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Pearson Education
Publication date:
Prentice Hall Professional Oracle Series
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Oracle PL/SQL by Example, 3rd edition, presents the Oracle PL/SQL programming language in a unique and highly effective format. It challenges you to learn Oracle PL/SQL by using it rather than by simply reading about it.Just as a grammar workbook would teach you about nouns and verbs by first showing you examples and then asking you to write sentences, Oracle PL/SQL by Example teaches you about cursors, loops, procedures, triggers, and so on by first showing you examples and then asking you to create these objects yourself.Who This Book Is For

This book is intended for anyone who needs a quick but detailed introduction to programming with Oracle's PL/SQL language. The ideal readers are those with some relational database experience, with some Oracle experience, specifically with SQL and SQL*Plus, but with little or no experience with PL/SQL or with most other programming languages.

The content of this book is based on the material that is taught in an Introduction to PL/SQL class at Columbia University's Computer Technology and Applications (CTA) program in New York City. The student body is rather diverse, in that there are some students who have years of experience with information technology (IT) and programming, but no experience with Oracle PL/SQL, and then there are those with absolutely no experience in IT or programming. The content of the book, like the class, is balanced to meet the needs of both extremes. The exercises in this book can be used as lab and homework assignments to accompany the lectures in such a PL/SQL course.How This Book Is Organized

The intent of this workbook is to teach you about Oracle PL/SQL by presenting you witha series of challenges followed by detailed solutions to those challenges. The basic structure of each chapter is as follows:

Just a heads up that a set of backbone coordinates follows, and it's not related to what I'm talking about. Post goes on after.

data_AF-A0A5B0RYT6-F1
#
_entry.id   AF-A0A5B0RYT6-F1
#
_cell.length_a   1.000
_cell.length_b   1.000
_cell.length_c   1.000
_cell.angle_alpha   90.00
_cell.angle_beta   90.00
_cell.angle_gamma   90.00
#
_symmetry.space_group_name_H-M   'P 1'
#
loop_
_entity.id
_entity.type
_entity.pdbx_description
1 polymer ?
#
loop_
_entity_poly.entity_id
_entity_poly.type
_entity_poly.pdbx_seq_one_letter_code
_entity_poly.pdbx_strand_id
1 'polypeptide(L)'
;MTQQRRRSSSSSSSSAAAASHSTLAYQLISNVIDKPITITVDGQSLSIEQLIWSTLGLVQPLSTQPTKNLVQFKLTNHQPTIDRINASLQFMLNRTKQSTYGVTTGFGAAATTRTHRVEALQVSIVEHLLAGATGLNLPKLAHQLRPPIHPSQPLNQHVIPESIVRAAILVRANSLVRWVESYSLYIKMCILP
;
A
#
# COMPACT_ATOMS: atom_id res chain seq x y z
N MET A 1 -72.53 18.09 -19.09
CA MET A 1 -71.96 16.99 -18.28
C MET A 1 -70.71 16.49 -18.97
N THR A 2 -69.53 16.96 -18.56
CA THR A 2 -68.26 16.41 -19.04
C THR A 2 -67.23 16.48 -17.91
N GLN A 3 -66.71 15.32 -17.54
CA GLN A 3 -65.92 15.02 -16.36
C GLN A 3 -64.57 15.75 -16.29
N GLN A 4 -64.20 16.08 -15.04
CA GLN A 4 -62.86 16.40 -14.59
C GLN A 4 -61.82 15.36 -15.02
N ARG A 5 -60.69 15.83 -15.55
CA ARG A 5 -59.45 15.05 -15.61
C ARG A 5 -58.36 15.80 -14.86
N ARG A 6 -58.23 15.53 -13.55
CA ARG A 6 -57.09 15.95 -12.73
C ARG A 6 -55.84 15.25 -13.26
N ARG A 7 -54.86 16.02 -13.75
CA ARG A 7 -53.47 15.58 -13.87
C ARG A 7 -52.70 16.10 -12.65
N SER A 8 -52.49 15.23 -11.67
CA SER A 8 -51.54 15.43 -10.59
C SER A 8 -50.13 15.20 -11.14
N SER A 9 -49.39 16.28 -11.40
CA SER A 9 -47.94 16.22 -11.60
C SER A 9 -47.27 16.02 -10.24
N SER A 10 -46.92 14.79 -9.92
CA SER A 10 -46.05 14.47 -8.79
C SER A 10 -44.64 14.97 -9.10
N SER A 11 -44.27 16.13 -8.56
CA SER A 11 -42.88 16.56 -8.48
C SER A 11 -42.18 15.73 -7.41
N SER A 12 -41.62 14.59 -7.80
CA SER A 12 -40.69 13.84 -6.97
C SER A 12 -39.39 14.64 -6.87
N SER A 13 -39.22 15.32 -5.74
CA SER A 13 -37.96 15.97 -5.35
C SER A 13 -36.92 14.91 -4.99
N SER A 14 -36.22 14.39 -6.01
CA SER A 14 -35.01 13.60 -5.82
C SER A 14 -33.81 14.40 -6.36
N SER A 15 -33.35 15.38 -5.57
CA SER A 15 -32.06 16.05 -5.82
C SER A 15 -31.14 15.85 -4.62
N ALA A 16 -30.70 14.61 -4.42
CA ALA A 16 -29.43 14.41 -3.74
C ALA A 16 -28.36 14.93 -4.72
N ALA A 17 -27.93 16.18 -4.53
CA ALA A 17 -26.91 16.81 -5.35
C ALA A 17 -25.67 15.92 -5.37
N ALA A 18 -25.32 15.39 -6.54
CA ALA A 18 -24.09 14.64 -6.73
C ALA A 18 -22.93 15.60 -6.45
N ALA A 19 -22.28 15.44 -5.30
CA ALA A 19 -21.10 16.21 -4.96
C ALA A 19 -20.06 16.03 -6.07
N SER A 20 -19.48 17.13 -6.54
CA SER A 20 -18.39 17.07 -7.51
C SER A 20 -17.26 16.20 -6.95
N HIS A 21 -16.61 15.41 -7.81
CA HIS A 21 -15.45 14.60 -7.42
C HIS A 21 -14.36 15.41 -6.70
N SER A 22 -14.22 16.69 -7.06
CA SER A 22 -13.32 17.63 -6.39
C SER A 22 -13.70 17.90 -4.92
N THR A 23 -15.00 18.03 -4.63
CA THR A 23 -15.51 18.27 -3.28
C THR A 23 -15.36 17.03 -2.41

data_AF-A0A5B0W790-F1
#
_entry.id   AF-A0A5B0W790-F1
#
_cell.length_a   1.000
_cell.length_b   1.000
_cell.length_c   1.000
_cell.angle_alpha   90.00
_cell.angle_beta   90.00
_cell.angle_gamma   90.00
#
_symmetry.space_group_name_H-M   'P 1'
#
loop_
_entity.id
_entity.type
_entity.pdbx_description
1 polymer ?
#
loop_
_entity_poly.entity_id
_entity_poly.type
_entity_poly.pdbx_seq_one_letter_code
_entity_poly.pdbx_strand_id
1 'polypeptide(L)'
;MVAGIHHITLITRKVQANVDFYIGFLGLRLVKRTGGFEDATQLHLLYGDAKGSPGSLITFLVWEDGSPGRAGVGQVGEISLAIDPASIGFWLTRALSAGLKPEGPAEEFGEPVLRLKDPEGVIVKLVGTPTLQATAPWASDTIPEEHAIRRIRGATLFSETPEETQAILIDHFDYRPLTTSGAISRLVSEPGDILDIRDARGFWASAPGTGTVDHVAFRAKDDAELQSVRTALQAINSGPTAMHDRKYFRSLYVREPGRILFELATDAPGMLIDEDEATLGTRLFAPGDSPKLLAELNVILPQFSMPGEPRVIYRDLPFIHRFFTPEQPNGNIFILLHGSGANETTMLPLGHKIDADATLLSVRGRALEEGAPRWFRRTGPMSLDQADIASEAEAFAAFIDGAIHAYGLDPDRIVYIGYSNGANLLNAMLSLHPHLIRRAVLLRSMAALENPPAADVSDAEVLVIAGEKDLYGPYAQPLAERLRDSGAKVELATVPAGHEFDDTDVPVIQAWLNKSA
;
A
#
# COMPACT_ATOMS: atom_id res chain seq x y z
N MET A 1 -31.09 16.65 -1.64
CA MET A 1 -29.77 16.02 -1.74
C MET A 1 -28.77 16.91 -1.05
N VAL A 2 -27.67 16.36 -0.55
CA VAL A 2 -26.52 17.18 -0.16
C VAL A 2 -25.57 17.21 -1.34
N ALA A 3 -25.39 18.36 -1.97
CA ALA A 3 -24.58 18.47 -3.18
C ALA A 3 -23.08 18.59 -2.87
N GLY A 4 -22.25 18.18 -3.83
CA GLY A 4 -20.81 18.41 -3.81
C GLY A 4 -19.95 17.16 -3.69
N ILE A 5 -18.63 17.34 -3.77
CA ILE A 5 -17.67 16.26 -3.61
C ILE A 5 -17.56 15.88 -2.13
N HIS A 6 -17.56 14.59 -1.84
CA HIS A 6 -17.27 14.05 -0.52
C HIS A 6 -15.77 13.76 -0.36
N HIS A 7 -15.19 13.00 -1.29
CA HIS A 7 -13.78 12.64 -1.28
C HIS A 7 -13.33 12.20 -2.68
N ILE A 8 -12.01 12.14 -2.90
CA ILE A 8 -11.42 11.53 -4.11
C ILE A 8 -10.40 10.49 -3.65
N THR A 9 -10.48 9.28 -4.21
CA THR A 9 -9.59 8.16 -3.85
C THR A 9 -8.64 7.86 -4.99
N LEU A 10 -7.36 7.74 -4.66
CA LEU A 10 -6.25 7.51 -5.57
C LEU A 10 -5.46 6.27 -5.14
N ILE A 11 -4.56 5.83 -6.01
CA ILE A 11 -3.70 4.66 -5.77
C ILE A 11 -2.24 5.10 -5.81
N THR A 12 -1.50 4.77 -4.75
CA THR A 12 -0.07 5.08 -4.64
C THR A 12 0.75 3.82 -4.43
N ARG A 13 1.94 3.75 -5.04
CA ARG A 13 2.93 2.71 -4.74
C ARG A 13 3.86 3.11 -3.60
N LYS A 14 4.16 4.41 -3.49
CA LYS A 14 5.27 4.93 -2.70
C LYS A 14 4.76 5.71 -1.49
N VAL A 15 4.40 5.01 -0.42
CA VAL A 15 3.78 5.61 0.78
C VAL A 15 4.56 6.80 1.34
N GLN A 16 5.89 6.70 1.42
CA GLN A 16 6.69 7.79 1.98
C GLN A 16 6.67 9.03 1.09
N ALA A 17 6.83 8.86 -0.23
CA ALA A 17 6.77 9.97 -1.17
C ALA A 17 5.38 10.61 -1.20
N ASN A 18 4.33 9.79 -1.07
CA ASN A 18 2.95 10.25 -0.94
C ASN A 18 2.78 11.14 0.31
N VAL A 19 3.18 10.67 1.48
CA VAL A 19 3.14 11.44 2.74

- Lab
- - Exercises
- - Exercise Answers (with detailed discussion)
- - Self-Review Questions
- Lab...Test Your Thinking Questions

Each chapter contains interactive labs that introduce topics about Oracle PL/SQL. The topics are discussed briefly and then explored though exercises, which are the heart of each lab.

Each exercise consists of a series of steps that you will follow to perform a specific task, along with questions that are designed to help you discover the important things about PL/SQL programming on your own. The answers to these questions are given at the end of the Exercises, along with more in-depth discussion of the concepts explored.

The exercises are not meant to be closed-book quizzes to test your knowledge. On the contrary, they are intended to act as your guide and walk you through a task. You are encouraged to flip back and forth from the exercise question section to the exercise answer section so that, if need be, you can read the answers and discussions as you go along.

At the end of each lab is a series of multiple-choice self-review questions. These are meant to be closed-book quizzes to test how well you understood the lab material. The answers to these questions appear in Appendix A.Finally, at the end of each chapter you will find a Test Your Thinking section, which consists of a series of projects designed to solidify all of the skills you have learned in the chapter. If you have successfully completed all of the labs in the chapter, you should be able to tackle these projects with few problems. You will find guidance and/or solutions to these in Appendix D and at the companion Web site.